Singh played in the fourth test match of the series. Bowling the first over, his first four deliveries were down the leg side. Singh seemed more like a club bowler. His pace was drastically reduced to 120 km/h, and he seemed no threat to the England batsmen. Sir Ian Botham described it as one of the worst opening overs of test cricket he had seen. Sunil Gavaskar also criticised his selection as he was unfit. Other cricket experts and former players felt that Singh was selected only because of his close proximity with then Indian captain MS Dhoni.

Domestic career[edit]

In 2006 it was announced that Singh would be signing for English side Leicestershire as their second overseas signing.[19] He was however unexpectedly recalled to the Indian side following their poor World Cup campaign and only made a handful of appearances.[20]

He plays for the Kochi Tuskers in the Indian Premier League, after signing for them in 2011 from the Deccan Chargers. In his second season of the tournament, Singh was highly successful and he emerged as the highest wicket taker of the tournament, with 23 from 16 matches thereby winning the Purple Cap.[21] Deccan Chargers emerged as winners of the tournament.[22] His performance early in the tournament earned him a spot in the Indian squad for the 2009 ICC World Twenty20.[23]
He was bought for $600,000 by the Mumbai Indians in the Indian Premier League Players Auction, 2012.[24] In the year 2013 in the IPL he was bought by Royal Challengers Bangalore in the players auction 2013 for $400,000. In the 2014 IPL Auctions, he was unsold and had a base price of Rs 1 crore. He played few matches for Rising Pune Supergiants in 2016 Indian Premier League.


  1. ^ RP Singh’s profile on Sportskeeda
  2. ^ "R. P. Singh". ESPNcricinfo. Retrieved 17 February 2017.
  3. ^ "Former India seamer RP Singh retires". ESPNcricinfo. Retrieved 4 September 2018.
  4. ^ "ICC Under-19 World Cup 2004". ESPNcricinfo. Retrieved 17 February 2017.
  5. ^ "BOWLING IN RANJI TROPHY 2004/05 (ORDERED BY WICKETS)". cricketarchive. Retrieved 17 February 2017.
  6. ^ "Sri Lanka tour of India, 6th ODI: India v Sri Lanka at Rajkot, Nov 9, 2005". ESPNcricinfo. Retrieved 17 February 2017.
  7. ^ "India tour of Pakistan, 2nd Test: Pakistan v India at Faisalabad, Jan 21–25, 2006". ESPNcricinfo. Retrieved 17 February 2017.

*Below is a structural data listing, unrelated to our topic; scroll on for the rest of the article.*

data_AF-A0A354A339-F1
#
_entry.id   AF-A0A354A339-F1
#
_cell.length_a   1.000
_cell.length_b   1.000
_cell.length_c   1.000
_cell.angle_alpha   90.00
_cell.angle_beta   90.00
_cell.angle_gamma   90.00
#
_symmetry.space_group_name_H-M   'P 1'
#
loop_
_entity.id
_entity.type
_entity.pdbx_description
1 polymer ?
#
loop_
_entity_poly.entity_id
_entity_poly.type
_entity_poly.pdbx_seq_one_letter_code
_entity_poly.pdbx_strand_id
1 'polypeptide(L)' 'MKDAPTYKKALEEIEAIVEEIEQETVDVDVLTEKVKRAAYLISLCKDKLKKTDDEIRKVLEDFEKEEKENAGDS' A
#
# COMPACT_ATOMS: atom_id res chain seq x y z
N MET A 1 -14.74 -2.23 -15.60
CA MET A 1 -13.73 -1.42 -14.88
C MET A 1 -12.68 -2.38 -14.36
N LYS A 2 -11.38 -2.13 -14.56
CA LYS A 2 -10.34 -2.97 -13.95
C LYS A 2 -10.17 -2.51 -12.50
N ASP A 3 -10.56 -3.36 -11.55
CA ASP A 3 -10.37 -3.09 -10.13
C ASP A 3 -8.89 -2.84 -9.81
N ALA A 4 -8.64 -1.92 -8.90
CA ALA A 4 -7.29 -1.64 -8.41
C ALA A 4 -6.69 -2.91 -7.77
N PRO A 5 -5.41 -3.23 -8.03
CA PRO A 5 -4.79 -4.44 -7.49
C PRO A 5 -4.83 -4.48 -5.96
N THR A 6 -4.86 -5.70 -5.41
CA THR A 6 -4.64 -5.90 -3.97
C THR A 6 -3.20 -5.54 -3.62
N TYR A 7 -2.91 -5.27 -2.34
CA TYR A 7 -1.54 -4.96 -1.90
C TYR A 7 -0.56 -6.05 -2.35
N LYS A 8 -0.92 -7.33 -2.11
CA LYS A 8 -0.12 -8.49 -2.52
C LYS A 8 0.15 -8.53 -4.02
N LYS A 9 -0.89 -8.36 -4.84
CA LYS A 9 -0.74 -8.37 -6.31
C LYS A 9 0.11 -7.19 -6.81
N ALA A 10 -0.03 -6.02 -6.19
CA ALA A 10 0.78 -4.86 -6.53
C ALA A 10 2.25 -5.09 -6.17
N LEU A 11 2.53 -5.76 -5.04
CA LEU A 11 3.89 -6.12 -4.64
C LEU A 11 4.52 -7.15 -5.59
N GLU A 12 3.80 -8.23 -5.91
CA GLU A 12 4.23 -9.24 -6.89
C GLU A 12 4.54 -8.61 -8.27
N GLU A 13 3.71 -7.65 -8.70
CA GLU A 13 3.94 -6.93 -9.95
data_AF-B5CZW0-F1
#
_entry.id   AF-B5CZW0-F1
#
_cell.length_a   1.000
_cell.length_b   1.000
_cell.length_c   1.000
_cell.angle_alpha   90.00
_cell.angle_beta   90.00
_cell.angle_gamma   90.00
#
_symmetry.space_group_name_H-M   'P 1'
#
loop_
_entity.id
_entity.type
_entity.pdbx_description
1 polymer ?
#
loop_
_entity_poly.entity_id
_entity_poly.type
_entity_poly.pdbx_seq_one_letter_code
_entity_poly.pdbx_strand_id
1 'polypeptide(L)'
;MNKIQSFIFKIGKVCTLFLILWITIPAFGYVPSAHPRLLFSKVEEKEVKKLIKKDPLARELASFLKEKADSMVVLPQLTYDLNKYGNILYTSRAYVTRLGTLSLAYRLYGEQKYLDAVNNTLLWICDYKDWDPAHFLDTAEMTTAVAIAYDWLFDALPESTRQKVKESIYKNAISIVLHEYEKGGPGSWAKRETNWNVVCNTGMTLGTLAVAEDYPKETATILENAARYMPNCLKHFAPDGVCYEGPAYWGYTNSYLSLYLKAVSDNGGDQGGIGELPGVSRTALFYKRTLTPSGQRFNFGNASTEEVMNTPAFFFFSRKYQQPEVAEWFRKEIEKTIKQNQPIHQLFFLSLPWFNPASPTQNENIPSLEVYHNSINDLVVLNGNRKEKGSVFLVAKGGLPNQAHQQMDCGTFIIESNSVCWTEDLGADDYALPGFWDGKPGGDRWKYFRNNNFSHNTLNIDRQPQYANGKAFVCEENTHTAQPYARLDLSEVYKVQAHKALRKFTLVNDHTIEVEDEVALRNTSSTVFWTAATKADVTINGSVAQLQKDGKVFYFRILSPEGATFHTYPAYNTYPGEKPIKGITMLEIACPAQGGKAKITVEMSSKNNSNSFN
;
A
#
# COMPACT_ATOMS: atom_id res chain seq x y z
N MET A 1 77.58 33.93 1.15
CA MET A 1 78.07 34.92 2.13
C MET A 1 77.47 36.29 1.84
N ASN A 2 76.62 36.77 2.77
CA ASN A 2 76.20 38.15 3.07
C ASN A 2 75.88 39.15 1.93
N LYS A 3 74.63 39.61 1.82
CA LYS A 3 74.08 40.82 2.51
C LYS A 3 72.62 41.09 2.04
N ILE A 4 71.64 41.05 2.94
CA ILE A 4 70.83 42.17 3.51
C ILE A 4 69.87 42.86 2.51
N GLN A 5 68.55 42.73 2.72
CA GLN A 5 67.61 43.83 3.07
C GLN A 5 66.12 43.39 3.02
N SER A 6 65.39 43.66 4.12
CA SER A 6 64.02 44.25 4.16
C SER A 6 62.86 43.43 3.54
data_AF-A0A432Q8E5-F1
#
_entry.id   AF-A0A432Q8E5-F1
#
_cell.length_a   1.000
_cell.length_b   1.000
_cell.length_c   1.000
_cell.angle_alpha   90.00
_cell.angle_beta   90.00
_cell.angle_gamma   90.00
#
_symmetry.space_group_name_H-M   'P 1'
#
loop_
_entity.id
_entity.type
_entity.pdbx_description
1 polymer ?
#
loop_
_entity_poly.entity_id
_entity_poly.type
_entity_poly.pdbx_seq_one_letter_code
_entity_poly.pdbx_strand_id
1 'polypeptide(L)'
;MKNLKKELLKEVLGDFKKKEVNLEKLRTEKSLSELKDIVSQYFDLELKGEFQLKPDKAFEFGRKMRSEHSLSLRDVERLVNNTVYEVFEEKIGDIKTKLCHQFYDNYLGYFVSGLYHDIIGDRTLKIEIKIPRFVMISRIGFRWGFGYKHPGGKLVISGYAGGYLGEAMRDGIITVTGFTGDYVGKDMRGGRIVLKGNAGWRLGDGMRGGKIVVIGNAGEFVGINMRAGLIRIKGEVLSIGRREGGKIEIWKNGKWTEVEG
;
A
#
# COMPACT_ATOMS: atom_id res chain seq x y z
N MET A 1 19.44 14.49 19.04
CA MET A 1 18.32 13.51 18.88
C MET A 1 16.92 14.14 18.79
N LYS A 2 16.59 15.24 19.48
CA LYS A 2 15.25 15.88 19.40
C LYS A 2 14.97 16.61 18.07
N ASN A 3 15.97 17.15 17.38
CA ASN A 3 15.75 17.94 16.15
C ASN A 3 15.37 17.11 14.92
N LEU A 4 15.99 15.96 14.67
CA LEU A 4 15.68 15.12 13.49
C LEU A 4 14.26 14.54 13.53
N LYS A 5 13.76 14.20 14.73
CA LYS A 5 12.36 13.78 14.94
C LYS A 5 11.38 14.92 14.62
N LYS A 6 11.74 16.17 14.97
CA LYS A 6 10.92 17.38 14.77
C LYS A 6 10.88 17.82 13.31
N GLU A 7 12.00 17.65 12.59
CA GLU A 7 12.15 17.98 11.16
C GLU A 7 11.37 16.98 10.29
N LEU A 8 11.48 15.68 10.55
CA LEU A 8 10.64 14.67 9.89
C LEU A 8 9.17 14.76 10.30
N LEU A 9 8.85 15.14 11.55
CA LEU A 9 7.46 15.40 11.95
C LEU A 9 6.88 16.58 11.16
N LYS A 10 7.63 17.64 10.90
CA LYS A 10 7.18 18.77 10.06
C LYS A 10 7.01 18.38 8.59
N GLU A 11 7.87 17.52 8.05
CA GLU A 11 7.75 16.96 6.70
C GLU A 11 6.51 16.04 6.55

8. ^ "India tour of Pakistan, 4th ODI: Pakistan v India at Multan, Feb 16, 2006". ESPNcricinfo. Retrieved 17 February 2017.
  9. ^ "Champions Trophy 2006 – India Squad". ESPNcricinfo. Retrieved 17 February 2017.
  10. ^ "India tour of Ireland, England and Scotland, 1st Test: England v India at Lord's, Jul 19–23, 2007". ESPNcricinfo. Retrieved 17 February 2017.
  11. ^ "NatWest Series [India in England], 2007 / Records / Most wickets". ESPNcricinfo. Retrieved 18 February 2017.
  12. ^ "ICC WORLD TWENTY20, 2007 – India Squad / Players". ESPNcricinfo. Retrieved 18 February 2017.
  13. ^ "ICC World Twenty20, 2007 / Records / Most wickets". ESPNcricinfo. Retrieved 18 February 2017.
  14. ^ "ICC WORLD TWENTY20 2007 – Results". ESPNcricinfo. Retrieved 18 February 2017.
  15. ^ "ICC World Twenty20, 24th Match, Group E: South Africa v India at Durban, Sep 20, 2007". ESPNcricinfo. Retrieved 18 February 2017.
  16. ^ "Records / Australia in India ODI Series, 2007/08 / Most wickets". ESPNcricinfo. Retrieved 18 February 2017.
  17. ^ "Records / Pakistan in India ODI Series, 2007/08 / Most wickets". ESPNcricinfo. Retrieved 18 February 2017.
  18. ^ "India's Zaheer Khan ruled out of England series with ankle injury". The Guardian. London. 7 August 2011. Retrieved 7 August 2011.
  19. ^ "Leicestershire sign left-armer Singh". ESPNcricinfo. Retrieved 17 February 2017.
  20. ^ "Foxes eye replacement for Singh". BBC Sport. 16 May 2007. Retrieved 17 February 2017.
  21. ^ "Indian Premier League 2009 – Records – Most wickets". ESPNcricinfo. Retrieved 17 February 2017.
  22. ^ "Indian Premier League, Final: Royal Challengers Bangalore v Deccan Chargers at Johannesburg, May 24, 2009".
  23. ^ "Indian squad for the World T20". Retrieved 3 June 2009.
  24. ^ "IPL Auction 2012". Retrieved 4 February 2012.

External links[edit]